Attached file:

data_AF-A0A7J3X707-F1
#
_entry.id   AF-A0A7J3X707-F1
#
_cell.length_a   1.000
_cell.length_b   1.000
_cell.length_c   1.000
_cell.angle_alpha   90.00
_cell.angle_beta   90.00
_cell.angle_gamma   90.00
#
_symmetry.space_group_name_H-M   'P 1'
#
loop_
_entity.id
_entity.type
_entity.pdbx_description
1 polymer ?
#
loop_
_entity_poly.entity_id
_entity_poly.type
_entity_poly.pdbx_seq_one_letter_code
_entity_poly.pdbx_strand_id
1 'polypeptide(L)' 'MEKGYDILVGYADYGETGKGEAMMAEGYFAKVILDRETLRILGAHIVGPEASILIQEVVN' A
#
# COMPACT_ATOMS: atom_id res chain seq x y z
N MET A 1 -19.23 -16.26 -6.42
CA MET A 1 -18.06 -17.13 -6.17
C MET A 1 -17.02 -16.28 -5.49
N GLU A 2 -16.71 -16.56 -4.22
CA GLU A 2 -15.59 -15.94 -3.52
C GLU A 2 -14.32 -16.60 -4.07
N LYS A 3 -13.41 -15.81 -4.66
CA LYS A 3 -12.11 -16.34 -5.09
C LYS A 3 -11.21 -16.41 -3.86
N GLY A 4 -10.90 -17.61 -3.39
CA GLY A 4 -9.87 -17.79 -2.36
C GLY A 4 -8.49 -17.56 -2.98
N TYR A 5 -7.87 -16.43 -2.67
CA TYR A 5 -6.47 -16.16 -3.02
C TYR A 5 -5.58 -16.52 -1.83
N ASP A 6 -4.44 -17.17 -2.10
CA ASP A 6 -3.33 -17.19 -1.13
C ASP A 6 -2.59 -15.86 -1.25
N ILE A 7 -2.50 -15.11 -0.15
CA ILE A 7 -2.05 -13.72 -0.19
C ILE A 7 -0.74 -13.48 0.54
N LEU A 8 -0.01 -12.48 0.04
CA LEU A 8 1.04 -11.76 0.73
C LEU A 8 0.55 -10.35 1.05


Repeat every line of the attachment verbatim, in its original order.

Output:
data_AF-A0A7J3X707-F1
#
_entry.id   AF-A0A7J3X707-F1
#
_cell.length_a   1.000
_cell.length_b   1.000
_cell.length_c   1.000
_cell.angle_alpha   90.00
_cell.angle_beta   90.00
_cell.angle_gamma   90.00
#
_symmetry.space_group_name_H-M   'P 1'
#
loop_
_entity.id
_entity.type
_entity.pdbx_description
1 polymer ?
#
loop_
_entity_poly.entity_id
_entity_poly.type
_entity_poly.pdbx_seq_one_letter_code
_entity_poly.pdbx_strand_id
1 'polypeptide(L)' 'MEKGYDILVGYADYGETGKGEAMMAEGYFAKVILDRETLRILGAHIVGPEASILIQEVVN' A
#
# COMPACT_ATOMS: atom_id res chain seq x y z
N MET A 1 -19.23 -16.26 -6.42
CA MET A 1 -18.06 -17.13 -6.17
C MET A 1 -17.02 -16.28 -5.49
N GLU A 2 -16.71 -16.56 -4.22
CA GLU A 2 -15.59 -15.94 -3.52
C GLU A 2 -14.32 -16.60 -4.07
N LYS A 3 -13.41 -15.81 -4.66
CA LYS A 3 -12.11 -16.34 -5.09
C LYS A 3 -11.21 -16.41 -3.86
N GLY A 4 -10.90 -17.61 -3.39
CA GLY A 4 -9.87 -17.79 -2.36
C GLY A 4 -8.49 -17.56 -2.98
N TYR A 5 -7.87 -16.43 -2.67
CA TYR A 5 -6.47 -16.16 -3.02
C TYR A 5 -5.58 -16.52 -1.83
N ASP A 6 -4.44 -17.17 -2.10
CA ASP A 6 -3.33 -17.19 -1.13
C ASP A 6 -2.59 -15.86 -1.25
N ILE A 7 -2.50 -15.11 -0.15
CA ILE A 7 -2.05 -13.72 -0.19
C ILE A 7 -0.74 -13.48 0.54
N LEU A 8 -0.01 -12.48 0.04
CA LEU A 8 1.04 -11.76 0.73
C LEU A 8 0.55 -10.35 1.05